Cases packed I looked at the gap between the car and the bushes so see if the gap was bike and pannier width. A careful check with a tape-measure confirmed the gap was ok, so I could leave the panniers on to get the bike out into the street. I decided to load the final bits i.e. the tent and sleeping mat once it safely parked outside. I hopped on, fired it up and drove the rhs pannier straight into the car without thinking! What a tit....... I’m sure I can polish it out.

The next half an hour or so was spent getting all the last bits and pieces together so at last I was eventually ready to go. I stood in the doorway with jacket on thinking. Right have I forgotten anything? Oh crap, a sleeping bag would be good! One last trip into the loft to retrieve said item and the touratech black plastic bin liner was brought into use to keep it clean as I squeezed it under the (quite wonderful) elasticised straps holding the waterproof wolf bag in place, which housed the tent and sleeping mat. Finally it was time to go, at last. Oh, by now the sun was gone and it threatened rain.


nice views

With a full luggage system in place I now had to endure the completely un-cool method of mounting a bike. Either swing your leg like a rabid dog trying to hit the top of the lamppost while peeing or jackboot style like John Clease, trying to fling it over the rather tall seat of the ‘Ten’ (ten foot off the ground?)

I pulled up at the petrol station near Moulsford and bought some lunch to have on the trail as I was now starving and it was past lunchtime already...... John doesn’t like to miss meals! Fully stocked up I crossed over the perilous road leading to the Ashdown Farm MX track and rode up the path with a little trepidation. To my surprise the Ten seemed more than happy to trundle along so I carried on down the track to intersect the byway then turned left, up and over the hill coming out in the town then turning right to follow the road out of town until the next byway was found on the left, this route cuts out part of our old pre nerc route but I was feeling very legal with my big number plate so I decided to stick to the letter of the law and not stray onto any ‘questionable’ tracks. The next lane is not too bad though. It starts out as a road but once at the top of the hill it turns into a bit of a rutted track and there are some undulations that were a bit of an issue with the fully loaded bike. I survived it by slowing down but I was glad to get to the other side of the underpass. However this bit had nasty narrow ruts and was also a bit slick so I was glad to hit the tar at the end.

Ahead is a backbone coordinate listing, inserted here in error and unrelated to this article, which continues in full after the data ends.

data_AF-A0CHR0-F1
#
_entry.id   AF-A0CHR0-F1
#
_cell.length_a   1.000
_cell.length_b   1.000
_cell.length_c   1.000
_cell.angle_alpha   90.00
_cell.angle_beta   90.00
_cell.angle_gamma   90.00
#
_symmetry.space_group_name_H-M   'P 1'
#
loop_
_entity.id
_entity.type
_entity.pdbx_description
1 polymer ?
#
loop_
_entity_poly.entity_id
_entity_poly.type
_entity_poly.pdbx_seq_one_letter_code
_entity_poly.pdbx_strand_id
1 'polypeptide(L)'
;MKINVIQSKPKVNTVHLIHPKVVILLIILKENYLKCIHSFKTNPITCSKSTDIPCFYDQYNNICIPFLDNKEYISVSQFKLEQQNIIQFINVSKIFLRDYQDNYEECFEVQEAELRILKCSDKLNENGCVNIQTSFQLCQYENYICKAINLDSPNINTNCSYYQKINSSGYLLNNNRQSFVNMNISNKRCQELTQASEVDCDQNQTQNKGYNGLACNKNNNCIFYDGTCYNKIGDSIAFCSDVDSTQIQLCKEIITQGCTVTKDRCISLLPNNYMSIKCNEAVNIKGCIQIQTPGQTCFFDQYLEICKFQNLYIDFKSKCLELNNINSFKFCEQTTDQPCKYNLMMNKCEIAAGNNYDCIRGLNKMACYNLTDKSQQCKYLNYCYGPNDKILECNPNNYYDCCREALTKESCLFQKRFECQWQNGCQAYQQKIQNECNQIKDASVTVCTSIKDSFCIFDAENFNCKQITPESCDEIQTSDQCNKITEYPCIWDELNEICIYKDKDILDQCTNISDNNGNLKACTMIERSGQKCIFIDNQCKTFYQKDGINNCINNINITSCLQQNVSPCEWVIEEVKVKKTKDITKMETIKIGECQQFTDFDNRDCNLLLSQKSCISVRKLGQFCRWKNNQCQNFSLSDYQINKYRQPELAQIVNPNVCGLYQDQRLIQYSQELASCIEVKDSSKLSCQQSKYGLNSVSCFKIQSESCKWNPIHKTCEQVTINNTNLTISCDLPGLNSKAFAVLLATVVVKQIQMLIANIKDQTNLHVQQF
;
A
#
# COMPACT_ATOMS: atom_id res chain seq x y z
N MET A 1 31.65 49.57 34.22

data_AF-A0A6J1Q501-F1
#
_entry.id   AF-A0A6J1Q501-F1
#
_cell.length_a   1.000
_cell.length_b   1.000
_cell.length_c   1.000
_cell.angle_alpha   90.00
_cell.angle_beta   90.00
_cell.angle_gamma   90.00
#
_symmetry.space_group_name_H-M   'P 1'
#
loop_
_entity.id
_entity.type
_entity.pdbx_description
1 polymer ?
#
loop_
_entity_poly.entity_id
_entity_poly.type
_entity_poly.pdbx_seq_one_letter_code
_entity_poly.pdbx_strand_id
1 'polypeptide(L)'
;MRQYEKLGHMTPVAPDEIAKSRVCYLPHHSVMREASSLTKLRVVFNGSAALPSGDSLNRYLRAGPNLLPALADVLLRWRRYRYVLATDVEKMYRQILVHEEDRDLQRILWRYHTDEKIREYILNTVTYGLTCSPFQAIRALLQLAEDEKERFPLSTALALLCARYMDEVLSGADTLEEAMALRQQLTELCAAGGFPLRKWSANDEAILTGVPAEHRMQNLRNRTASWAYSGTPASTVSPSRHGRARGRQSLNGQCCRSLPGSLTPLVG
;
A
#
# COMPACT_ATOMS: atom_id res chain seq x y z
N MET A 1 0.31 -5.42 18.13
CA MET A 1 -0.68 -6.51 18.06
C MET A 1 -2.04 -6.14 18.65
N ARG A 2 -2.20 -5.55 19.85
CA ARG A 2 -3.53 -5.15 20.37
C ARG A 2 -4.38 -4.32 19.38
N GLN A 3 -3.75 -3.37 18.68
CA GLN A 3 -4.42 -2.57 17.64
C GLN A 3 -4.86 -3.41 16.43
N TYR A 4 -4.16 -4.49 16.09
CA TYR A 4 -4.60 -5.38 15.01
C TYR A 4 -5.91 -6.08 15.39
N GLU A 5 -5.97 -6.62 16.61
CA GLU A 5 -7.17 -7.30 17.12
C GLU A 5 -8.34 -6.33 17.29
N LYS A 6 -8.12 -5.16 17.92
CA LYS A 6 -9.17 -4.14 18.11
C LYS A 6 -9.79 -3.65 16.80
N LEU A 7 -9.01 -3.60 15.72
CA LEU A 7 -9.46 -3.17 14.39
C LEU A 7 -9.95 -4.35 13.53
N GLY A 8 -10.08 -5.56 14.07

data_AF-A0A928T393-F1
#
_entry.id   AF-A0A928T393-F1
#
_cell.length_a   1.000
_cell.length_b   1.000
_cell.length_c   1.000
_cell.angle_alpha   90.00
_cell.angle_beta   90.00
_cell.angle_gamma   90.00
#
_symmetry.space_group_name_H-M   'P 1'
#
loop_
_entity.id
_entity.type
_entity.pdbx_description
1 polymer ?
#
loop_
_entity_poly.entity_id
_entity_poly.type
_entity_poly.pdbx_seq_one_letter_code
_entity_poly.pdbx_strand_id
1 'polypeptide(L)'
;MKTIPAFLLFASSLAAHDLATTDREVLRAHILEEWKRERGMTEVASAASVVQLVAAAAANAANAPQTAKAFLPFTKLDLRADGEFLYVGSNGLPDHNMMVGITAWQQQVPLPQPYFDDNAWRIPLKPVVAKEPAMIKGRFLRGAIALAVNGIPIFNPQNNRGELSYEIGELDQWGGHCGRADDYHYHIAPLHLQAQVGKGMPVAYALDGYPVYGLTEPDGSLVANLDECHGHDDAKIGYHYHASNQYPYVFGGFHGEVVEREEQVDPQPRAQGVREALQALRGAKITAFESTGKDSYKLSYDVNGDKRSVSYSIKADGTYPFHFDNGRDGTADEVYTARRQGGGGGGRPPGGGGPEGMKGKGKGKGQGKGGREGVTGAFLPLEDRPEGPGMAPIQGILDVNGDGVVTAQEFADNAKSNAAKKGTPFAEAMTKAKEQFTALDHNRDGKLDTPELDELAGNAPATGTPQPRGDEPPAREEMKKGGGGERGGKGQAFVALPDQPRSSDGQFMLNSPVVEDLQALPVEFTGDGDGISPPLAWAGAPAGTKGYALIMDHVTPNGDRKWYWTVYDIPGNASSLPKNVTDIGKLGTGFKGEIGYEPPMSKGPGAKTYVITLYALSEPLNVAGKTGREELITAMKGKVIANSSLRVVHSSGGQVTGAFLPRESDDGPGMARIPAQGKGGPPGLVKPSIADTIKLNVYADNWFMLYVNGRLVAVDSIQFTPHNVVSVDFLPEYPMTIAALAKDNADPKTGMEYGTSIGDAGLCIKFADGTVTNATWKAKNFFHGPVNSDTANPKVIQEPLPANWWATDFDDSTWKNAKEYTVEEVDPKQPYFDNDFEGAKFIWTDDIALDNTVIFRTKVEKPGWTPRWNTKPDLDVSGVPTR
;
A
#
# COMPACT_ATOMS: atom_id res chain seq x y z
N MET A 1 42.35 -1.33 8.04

the byway leading to sugar hill. the rut is so deep its supporting the bike on its engine and pannier!


Turning right and into the village the next byway was one that would take me down onto the main Chievely route but these ruts were also fairly narrow so I took it nice and easy. Turning onto the main byway I was surprised to bump into another bike – none other than Phill, Club DB member! He’s been toying with moving onto adventure bike too, so we had a chat and this gave me an excuse to break out the sandwiches. Fully fed we said our goodbyes and I carried on down the byway all the way to cheviely and beyond, where I followed the tar road into Lambourn, turned left and once out of town took the byway on the right. A couple of gates were a right pain so once on the other side of the gallops I opted to go up the hill and cut out the remaining bit of byway which had a whole succession of gates to open and close, ok in a group or on enduro bikes but the leg splits each time were getting on my nerves a bit. At the junction a right and then a left and right led to the next byway which takes you up and over the ridge to sugar hill. I like this one as it has great views over the countryside but there were the pesky gates to deal with. Some of the ruts were so deep the panniers were grounding out when there were some bumps so I was glad to get to the end. parking up for some photos the bike could just stand on its own as the ruts held the bike in place.